You asked, we answered: How can people help those who are homeless in the Coachella Valley?

The Coachella Valley is a very philanthropic community, so it wasn’t surprising that, when we asked readers to send in questions they had about homelessness in the Coachella Valley, many wanted to know what they could do to help.

The fourth installment of the Coachella Valley homelessness Q&A series provides a list of suggestions for how readers can make a positive impact on the homeless crisis in the valley.

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Question: How can people help those who are homeless in the Coachella Valley?

A plethora of readers had the same question: “How can the general public help?” “Where can we go to volunteer?” “Please advise me how I can get involved and help.” “What can middle school and high school students do to help?” “I would be happy to serve or help in any way I can.” “I would like to know where I can bring donations.”

Service providers were happy to hear that so many readers were interested in donating or volunteering.

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Answer: Donate to the organizations who are experts in the field and are already doing the work.

The Desert Sun crowd-sourced a list of ways the public can make the biggest impact from Coachella Valley experts working in the industry. Here’s what they had to say:

Greg Rodriguez, Riverside County Board of Supervisors public policy adviser, Fourth District: The best way for individuals to help with addressing homelessness is to help and support the current agencies who are tackling the issue by donating money or volunteering. This would primarily be the Coachella Valley Rescue Mission, Martha’s Village and Kitchen, Shelter from the Storm and Jewish Family Services of the Desert all would benefit from financial assistance.

The real way people can help is to assist in finding locations for people to be housed. Whether it is an apartment, a casita or a room, any housing is essential to address the shortage of affordable housing. We have dozens of people who have a housing voucher in their hand but can’t find a place to use it. Additionally, residents should be attending their city council meetings and planning meetings to help advocate for more affordable housing projects within their city.

Maureen Forman, Jewish Family Services of the Desert director: People can help by donating to agencies that help with rent and utilities, which JFS and Senior Advocates of the Desert both do. All homeless people are not chronically homeless, and the fixed income seniors are becoming the largest growing population of the newly homeless due to newly raised rents or unexpected expenses that use up their fixed income Social Security. Agencies that help with rent and utilities keep seniors in their homes while also helping the senior get on the low-income senior housing wait lists.

Tom Cox, Coachella Valley Rescue Mission program director: Donating to service providers is the most helpful way people can help. We serve 1,200 meals a day, along with other providers who serve meals, too. Donations allow us to continue doing that. We also know what the needs are of the community, like the problem of the day is that we are out of underwear today.

Doug Morin, Coachella Valley Volunteers in Medicine director: CVVIM appreciates community support! Consider volunteering and become a member of our Tuesday evening outreach efforts or donate to allow CVVIM to purchase much-needed medical supplies. All donations are tax-deductible.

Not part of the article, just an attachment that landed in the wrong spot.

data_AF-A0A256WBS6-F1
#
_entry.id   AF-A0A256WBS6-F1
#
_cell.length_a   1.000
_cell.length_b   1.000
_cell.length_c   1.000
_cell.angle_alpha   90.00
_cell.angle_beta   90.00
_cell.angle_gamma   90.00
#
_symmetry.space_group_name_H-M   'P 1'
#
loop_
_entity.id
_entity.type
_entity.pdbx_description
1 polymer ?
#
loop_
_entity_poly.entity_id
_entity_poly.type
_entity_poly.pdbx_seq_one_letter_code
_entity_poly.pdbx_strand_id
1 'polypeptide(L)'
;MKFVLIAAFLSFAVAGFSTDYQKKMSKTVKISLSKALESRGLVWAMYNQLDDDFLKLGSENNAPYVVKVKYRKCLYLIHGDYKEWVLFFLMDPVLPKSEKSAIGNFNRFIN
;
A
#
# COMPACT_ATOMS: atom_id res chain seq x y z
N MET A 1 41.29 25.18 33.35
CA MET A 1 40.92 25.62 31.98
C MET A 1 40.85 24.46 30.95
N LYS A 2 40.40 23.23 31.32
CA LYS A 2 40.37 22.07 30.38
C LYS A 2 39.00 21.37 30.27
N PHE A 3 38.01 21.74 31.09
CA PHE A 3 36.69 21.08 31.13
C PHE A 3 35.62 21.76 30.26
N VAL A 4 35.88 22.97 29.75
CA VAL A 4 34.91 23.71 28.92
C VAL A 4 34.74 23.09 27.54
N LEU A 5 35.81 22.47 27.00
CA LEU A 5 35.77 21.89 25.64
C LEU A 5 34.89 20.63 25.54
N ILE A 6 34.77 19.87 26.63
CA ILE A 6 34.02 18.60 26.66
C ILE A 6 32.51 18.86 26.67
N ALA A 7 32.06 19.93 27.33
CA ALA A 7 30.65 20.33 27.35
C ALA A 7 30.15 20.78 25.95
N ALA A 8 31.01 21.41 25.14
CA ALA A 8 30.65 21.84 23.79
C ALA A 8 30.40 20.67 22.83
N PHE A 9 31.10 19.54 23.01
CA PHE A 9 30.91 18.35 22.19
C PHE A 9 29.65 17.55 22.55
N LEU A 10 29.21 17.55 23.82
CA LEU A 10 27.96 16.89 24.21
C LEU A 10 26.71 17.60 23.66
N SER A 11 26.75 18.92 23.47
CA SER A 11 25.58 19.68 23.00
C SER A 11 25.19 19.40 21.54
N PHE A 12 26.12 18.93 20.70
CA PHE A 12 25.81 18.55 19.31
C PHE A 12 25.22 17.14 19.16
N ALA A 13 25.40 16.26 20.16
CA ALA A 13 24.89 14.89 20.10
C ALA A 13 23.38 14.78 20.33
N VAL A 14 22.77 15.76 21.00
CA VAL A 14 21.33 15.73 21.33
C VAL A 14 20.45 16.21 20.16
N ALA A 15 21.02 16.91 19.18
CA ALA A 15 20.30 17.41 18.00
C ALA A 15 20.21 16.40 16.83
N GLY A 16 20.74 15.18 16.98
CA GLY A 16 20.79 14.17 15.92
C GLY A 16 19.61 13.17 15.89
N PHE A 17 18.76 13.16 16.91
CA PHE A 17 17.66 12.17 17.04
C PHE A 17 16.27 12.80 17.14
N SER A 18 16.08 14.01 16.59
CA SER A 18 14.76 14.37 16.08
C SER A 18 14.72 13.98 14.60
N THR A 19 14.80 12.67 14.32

Bill Ballas, Health to Hope director: The public must resist the good-natured urge to give money to a homeless individual. Instead, they could buy that person a meal. They should also refer a homeless person to an area shelter or Health to Hope Clinics. For people who want to make a financial donation to a 501(c)(3) nonprofit serving the homeless, there are many deserving organizations in Coachella Valley who provide food, shelter, health care and other services to the homeless. These agencies are always looking for additional funds to provide more and better services to the growing number of homeless individuals in Coachella Valley. These nonprofits also have many volunteer opportunities. For example, at Health to Hope Clinics we are looking for Spanish speaking individuals to hang “door knockers” explaining our services on doors in the neighborhoods near our clinics in Indio. We are also grateful for medical assistants, nurses, nurse practitioners, physician assistants and physicians who would like to volunteer in our clinics.

Kimberly Stauffer, Martha’s Village and Kitchen development director: As with most organizations, our biggest needs are donations. Donors can make a donation online or call at 760-347-4741 ext. 120. Another way to help is volunteering. We have hundreds of volunteers each month who help with food service, emergency pantry, children’s services and at our thrift store location. For those interested in donating items, Martha’s is currently stocking up on items that are in high-demand during the summer, including bottled water, snacks, hats, cooling towels, socks, wipes, battery powered fans, sunscreen, hygiene products, lip balms and adhesive strips. Martha’s also benefits from community members who host drives including food drives, baby supply drives, hygiene supplies drives and clothing and household items drives. We could not do the work that we do without the support of the community. It takes a village to help change lives!

Desert Sun reporter Nicole Hayden covers health and healthcare in the Coachella Valley. She can be reached at or (760) 778-4623. Follow her on Twitter @Nicole_A_Hayden.

[This story was originally published by The Desert Sun.]